An option can be simply defined as an agreement between two parties that allows the buyer to pay money up front for the right to take an agreed-upon action at a later date. The buyer does not have to use his option if he doesn’t want to. On the other hand, the seller has the obligation to hold up his end of the bargain if and only if the buyer wishes.
There are only two kinds of options—calls and puts—and options trading can be as simple as buying or selling a call or a put. However, InvestorsObserver’s option strategies tend to embrace more sophisticated combinations of options trades that drive profits higher while limiting risk. To understand how these strategies work, start at the beginning, and we will build upon the fundamentals of options trading to show you how we use these basic building blocks to create sound investments.
Unlike stocks, options expire. If you buy an option, you have until the options expiration date to exercise your option. Once the expiration date has passed, the option has no value.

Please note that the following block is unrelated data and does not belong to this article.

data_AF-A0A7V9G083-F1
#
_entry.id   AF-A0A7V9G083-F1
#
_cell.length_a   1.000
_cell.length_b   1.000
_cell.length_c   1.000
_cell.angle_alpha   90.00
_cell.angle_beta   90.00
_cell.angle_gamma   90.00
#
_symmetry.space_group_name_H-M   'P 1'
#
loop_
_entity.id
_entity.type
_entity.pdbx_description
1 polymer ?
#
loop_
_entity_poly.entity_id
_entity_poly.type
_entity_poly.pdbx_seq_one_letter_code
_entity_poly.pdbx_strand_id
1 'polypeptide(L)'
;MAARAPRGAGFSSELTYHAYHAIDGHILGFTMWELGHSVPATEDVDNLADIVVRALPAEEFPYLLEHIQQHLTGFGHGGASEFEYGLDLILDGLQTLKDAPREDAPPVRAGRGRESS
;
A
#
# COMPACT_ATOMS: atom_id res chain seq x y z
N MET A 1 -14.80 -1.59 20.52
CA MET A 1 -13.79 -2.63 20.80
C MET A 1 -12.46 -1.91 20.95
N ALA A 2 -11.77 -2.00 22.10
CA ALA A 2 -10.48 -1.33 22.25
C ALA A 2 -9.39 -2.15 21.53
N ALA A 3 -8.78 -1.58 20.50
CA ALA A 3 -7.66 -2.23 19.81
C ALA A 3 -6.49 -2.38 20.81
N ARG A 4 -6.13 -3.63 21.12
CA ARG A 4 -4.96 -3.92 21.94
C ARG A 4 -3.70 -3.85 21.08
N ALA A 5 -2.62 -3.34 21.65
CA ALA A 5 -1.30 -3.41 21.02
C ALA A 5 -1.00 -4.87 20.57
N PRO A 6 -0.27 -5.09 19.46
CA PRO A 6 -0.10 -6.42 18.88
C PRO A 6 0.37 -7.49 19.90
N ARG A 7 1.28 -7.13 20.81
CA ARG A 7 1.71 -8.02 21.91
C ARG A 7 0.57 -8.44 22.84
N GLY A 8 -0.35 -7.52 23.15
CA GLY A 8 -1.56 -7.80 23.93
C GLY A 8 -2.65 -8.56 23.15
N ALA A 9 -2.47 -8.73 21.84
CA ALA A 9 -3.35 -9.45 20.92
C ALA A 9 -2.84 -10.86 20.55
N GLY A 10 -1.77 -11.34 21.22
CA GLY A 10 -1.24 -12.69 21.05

Options (calls and puts) and their prices are all tied to the price of the underlying asset, or stock. The cost of the option will depend on how much time left until the expiration date and also how the price of the underlying stock compares to the strike price of the option.
Every standard option contract represents action that the holder can take on exactly 100 shares of the underlying stock.
For simplicity, we will refer to the option buyer and seller throughout the Learning Center. Keep in mind that like many other trades, options trades are cleared on an exchange by a market maker, so if we buy an option we can close the position by selling it on the open market. We are not beholden to the wishes of the trader on the opposite side of our original trade.